Take the 2-minute tour ×
Stack Overflow is a question and answer site for professional and enthusiast programmers. It's 100% free, no registration required.

I don't understand at all what <meta http-equiv="X-UA-Compatible" content="..." /> is for...

Can someone explain...

  • What it does for different values of content?
  • What omitting it does for different browsers?
  • What the motivation for it is?
  • Why it exists?
share|improve this question
1  
Well, what are those different values of content? –  BoltClock Sep 4 '11 at 18:37
    
@BoltClock - "IE=edge" "IE=5" "IE=EmulateIE7" "IE=7" "IE=EmulateIE8" "IE=8" "IE=EmulateIE9 "IE=9" –  Farley McJizzle Sep 4 '11 at 19:02
add comment

2 Answers 2

up vote 10 down vote accepted

It's a horrible hack to cater for different bugs or incomplete implementations in various versions of the Internet Explorer browser. For example, this:

<meta http-equiv="X-UA-Compatible" content="IE=EmulateIE7">

will instruct IE9 to pretend it's really IE7 to avoid any problems that might occur if your site works in IE7 but not IE9.

share|improve this answer
    
Using IE's backward compatibility modes deliberately is indeed a very difficult thing to justify; best avoided at all costs. However it is important to note here that content="IE=Edge" can be useful, as it will avoid issues with compat mode: In cases where IE itself is configured to use compatibility mode by default, using IE=edge will force IE back into standards mode. –  Spudley Dec 4 '13 at 16:07
add comment

This meta tag (or http header) only has meaning for IE8 and up. It is a way to force IE to render the page as an older version would have. Omitting it has no effect, it only as effect if used.

Possible values are "IE=" followed by any of the following:

  • Edge - Render as whatever the latest version of IE is
  • IE9 - Render as IE9 in standards mode
  • Emulate IE9 - Render as IE9 but use the <!DOCTYPE> to determine the mode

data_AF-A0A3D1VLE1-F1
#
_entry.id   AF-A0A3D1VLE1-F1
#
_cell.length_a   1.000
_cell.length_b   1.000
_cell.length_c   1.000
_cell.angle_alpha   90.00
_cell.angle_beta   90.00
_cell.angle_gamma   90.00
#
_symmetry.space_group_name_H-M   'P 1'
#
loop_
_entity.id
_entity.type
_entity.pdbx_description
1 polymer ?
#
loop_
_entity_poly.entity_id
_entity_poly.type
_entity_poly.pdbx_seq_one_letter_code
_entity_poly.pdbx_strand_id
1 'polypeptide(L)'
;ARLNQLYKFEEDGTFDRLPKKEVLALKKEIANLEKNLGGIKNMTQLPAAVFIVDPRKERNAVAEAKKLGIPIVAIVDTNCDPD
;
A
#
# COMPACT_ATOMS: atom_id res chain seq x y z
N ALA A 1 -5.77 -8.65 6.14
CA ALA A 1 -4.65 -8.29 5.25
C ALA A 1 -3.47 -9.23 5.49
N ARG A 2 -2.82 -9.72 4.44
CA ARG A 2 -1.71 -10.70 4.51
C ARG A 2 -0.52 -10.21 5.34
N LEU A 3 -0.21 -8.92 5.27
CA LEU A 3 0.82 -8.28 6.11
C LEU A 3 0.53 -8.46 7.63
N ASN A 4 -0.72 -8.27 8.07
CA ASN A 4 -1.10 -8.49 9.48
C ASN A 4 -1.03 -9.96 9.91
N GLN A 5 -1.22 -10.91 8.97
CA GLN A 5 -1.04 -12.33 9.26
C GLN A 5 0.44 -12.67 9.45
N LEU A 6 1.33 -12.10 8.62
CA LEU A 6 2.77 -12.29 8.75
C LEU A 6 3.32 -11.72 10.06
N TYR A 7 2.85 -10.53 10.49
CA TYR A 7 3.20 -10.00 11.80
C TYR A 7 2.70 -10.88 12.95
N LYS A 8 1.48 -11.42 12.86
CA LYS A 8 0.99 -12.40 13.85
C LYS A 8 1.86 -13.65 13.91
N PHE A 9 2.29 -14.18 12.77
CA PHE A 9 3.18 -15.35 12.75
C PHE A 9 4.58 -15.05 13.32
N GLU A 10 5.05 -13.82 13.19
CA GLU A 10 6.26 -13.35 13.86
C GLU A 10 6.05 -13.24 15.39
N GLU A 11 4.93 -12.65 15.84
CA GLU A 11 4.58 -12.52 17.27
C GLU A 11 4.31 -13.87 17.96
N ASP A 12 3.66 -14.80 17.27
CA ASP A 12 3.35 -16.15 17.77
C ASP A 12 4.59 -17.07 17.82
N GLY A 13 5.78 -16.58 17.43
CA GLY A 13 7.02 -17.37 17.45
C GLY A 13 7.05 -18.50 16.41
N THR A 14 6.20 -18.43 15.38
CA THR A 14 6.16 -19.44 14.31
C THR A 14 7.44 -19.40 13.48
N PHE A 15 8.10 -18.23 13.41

• IE8 - Render as IE8 in standards mode
  • Emulate IE8 - Render as IE8 but use the <!DOCTYPE> to determine the mode
  • IE7 - Render as IE7 in standards mode
  • Emulate IE7 - Render as IE7 but use the <!DOCTYPE> to determine the mode
  • IE5 - Render as IE7 in quirks mode

Additionally, you can add a comma followed by Chrome=1 to tell IE to render the page using Google Chrome Frame if it is installed. So you might have a tag that looks like this:

<meta http-equiv="X-UA-Compatible" content="IE=Edge,chrome=1">

Or, instead of that, you can also specify to use GCF for for a specific version of IE and below like this:

<meta http-equiv="X-UA-Compatible" content="IE=Edge,chrome=IE8">

Which means to use GCF if it is installed and IE is at version 8 or below otherwise, render as the latest installed version of IE.

So, it's obvious that it is useful to be able to make older versions of IE use GCF but that was probably not Microsoft's intention when they implemented this. It can be used for compatibility with old sites that only work in older versions of IE and can't be easily fixed but that's kind of silly. Personally, I find it useful for testing. Since it's generally not so simple to test multiple versions of IE from a single development machine, this provides a decent solution.

share|improve this answer
2  
Great answer, but readers should be aware that Google Chrome Frame is being retired in Janurary 2014 –  Lego Stormtroopr Aug 7 '13 at 5:38
add comment

Your Answer

 
discard

By posting your answer, you agree to the privacy policy and terms of service.

Not the answer you're looking for? Browse other questions tagged or ask your own question.